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Real Estate Attorney Closer versus Title Company

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Anyone buying or selling a residence in Florida should employ a real estate settlement lawyer. It’s tempting, but wrong, to think that the title company can adequately represent the interests of the buyers or sellers. The roles of the Florida estate lawyer and the title company are different – even though they often work together. Both the lawyer and title company protect the interests of buyers in different ways. Real estate lawyers are advocates for their clients. Title companies are not advocates. Real estate attorneys fight to protect you. Title companies don’t explain your rights and duties. The title company does not resolve disputes.

Lawyers and the title company handle different types of Florida home sales including single-homes, townhouses, duplexes, condos, and other residences. According to BizJournals, the median price of a South Florida home sale in December 2017 was $340,000. Statewide, the median sale price was$244,185. This means buying or selling a home is likely the biggest transaction you’ll make.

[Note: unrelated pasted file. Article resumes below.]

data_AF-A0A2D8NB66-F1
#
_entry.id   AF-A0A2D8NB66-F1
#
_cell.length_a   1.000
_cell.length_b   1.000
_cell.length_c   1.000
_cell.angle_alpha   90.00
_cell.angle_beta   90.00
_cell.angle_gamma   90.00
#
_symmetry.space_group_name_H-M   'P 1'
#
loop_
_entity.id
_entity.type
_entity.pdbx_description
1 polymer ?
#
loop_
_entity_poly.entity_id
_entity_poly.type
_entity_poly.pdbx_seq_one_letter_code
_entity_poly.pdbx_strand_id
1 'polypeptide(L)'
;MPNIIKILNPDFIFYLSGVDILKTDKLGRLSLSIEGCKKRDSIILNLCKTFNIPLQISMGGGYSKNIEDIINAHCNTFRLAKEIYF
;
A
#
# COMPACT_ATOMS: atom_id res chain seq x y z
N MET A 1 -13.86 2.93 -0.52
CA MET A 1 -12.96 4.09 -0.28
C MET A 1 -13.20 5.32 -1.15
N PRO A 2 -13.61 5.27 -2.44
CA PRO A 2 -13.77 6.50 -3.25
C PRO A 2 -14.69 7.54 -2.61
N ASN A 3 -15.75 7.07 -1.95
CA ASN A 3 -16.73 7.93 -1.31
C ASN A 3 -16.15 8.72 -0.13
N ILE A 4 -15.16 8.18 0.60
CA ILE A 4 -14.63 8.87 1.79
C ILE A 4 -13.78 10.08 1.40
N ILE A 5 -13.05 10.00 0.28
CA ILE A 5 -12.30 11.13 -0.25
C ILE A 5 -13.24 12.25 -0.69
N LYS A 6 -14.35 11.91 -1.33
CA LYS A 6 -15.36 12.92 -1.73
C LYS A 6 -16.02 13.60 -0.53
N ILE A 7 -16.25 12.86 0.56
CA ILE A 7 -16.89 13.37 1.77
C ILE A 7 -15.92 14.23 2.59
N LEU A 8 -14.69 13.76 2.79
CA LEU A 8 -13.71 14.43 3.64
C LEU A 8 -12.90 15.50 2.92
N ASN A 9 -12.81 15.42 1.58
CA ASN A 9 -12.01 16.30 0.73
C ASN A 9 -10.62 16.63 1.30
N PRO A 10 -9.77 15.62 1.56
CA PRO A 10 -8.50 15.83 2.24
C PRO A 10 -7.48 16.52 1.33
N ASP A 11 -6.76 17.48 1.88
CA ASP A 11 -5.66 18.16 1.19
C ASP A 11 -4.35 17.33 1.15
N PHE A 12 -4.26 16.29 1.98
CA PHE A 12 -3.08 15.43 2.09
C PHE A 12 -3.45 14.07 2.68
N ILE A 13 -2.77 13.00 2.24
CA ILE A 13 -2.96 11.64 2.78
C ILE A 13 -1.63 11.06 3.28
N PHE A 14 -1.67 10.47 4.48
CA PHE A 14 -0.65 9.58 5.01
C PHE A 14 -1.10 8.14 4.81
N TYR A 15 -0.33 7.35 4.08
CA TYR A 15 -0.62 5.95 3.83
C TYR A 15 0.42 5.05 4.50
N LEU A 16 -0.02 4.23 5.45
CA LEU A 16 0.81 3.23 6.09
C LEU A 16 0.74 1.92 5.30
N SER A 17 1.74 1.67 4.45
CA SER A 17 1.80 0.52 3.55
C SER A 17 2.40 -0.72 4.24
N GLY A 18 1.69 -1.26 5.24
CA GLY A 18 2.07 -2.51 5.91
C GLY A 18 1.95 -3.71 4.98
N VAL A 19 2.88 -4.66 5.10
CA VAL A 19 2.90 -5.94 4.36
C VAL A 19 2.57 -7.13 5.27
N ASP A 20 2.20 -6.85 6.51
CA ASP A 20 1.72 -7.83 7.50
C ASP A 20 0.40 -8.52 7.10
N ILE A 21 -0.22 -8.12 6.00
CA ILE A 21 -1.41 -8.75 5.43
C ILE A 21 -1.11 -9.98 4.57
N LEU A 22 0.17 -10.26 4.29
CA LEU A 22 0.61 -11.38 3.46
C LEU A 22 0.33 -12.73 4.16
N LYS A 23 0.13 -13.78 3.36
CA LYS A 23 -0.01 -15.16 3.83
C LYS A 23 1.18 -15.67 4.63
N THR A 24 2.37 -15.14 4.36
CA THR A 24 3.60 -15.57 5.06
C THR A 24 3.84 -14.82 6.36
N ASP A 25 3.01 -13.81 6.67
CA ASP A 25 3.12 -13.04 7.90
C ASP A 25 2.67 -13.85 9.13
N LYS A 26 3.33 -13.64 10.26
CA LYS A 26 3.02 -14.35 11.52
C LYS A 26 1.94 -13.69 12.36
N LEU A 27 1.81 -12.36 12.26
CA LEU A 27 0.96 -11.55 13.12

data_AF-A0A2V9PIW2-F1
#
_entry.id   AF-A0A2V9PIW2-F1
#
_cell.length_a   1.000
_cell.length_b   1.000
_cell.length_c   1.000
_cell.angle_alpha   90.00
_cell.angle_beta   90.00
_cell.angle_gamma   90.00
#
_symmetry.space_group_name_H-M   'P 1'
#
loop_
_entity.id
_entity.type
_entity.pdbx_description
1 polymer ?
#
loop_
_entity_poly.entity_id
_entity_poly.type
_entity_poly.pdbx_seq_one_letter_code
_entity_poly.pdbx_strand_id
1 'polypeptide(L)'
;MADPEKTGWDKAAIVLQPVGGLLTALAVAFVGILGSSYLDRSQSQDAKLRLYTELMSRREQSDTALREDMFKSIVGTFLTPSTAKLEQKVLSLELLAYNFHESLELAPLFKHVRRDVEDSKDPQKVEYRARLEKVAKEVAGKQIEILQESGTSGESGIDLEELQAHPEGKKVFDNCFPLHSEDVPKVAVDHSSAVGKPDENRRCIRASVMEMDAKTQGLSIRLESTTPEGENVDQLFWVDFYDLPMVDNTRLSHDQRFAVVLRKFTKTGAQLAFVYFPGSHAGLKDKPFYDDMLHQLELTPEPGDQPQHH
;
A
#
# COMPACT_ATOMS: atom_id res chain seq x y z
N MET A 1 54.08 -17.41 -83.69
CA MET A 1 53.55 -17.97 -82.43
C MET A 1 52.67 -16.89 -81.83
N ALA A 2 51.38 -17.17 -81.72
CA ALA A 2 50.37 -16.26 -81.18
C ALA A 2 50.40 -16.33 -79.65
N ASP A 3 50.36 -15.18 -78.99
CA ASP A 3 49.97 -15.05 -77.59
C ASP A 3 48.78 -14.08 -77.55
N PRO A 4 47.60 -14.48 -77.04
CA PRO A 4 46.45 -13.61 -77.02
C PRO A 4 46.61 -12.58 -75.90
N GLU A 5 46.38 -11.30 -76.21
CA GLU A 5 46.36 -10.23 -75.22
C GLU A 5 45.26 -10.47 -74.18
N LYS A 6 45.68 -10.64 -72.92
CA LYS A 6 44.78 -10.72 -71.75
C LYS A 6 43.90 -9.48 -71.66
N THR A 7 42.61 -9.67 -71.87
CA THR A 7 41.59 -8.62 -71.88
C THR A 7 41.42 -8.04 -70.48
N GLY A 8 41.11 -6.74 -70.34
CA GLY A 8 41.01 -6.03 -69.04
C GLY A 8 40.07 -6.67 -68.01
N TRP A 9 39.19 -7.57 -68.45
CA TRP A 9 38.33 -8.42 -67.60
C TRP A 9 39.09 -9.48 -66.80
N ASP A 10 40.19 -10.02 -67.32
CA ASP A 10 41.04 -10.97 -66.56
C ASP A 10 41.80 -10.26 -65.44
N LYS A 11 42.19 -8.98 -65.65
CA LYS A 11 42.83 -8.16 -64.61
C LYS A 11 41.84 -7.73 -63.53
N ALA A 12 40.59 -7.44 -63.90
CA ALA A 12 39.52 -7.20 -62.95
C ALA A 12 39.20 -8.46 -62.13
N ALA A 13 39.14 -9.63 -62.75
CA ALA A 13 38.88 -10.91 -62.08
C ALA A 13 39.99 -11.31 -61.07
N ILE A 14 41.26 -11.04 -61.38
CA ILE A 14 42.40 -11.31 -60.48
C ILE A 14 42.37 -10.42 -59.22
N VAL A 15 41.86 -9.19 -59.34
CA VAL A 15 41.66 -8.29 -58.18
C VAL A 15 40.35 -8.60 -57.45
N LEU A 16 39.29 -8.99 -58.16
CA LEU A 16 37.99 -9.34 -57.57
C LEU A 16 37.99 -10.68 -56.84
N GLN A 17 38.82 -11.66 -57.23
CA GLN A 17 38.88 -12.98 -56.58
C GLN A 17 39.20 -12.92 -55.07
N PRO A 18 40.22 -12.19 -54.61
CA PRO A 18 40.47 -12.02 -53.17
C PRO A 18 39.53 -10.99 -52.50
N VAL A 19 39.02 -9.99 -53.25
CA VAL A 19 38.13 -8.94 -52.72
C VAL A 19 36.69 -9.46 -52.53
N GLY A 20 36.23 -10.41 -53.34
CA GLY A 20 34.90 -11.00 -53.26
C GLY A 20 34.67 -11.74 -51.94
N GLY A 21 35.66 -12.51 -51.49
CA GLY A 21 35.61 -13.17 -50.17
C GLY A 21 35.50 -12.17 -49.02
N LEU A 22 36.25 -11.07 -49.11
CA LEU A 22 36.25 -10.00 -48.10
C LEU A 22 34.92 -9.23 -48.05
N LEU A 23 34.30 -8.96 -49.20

The Role of the Title Company

Generally, the buyer hires a title company to inspect any existing or likely legal claims against the property. Usually, a mortgage company will require that the buyer obtain title insurance in order to get the loan.

The goal of the title company is to avoid the possibility that, after the settlement, someone will claim against the property. Along with hiring the title company, the buyer usually buys title insurance. The aim of the insurance is to protect the buyer in case the title company misses a possible claim – while doing its investigation. An example of a missing problem is a claim by heirs to the property that were never resolved. Fraud is another problem that can be hard to detect. There are many other examples of why title insurance is a must.

The title search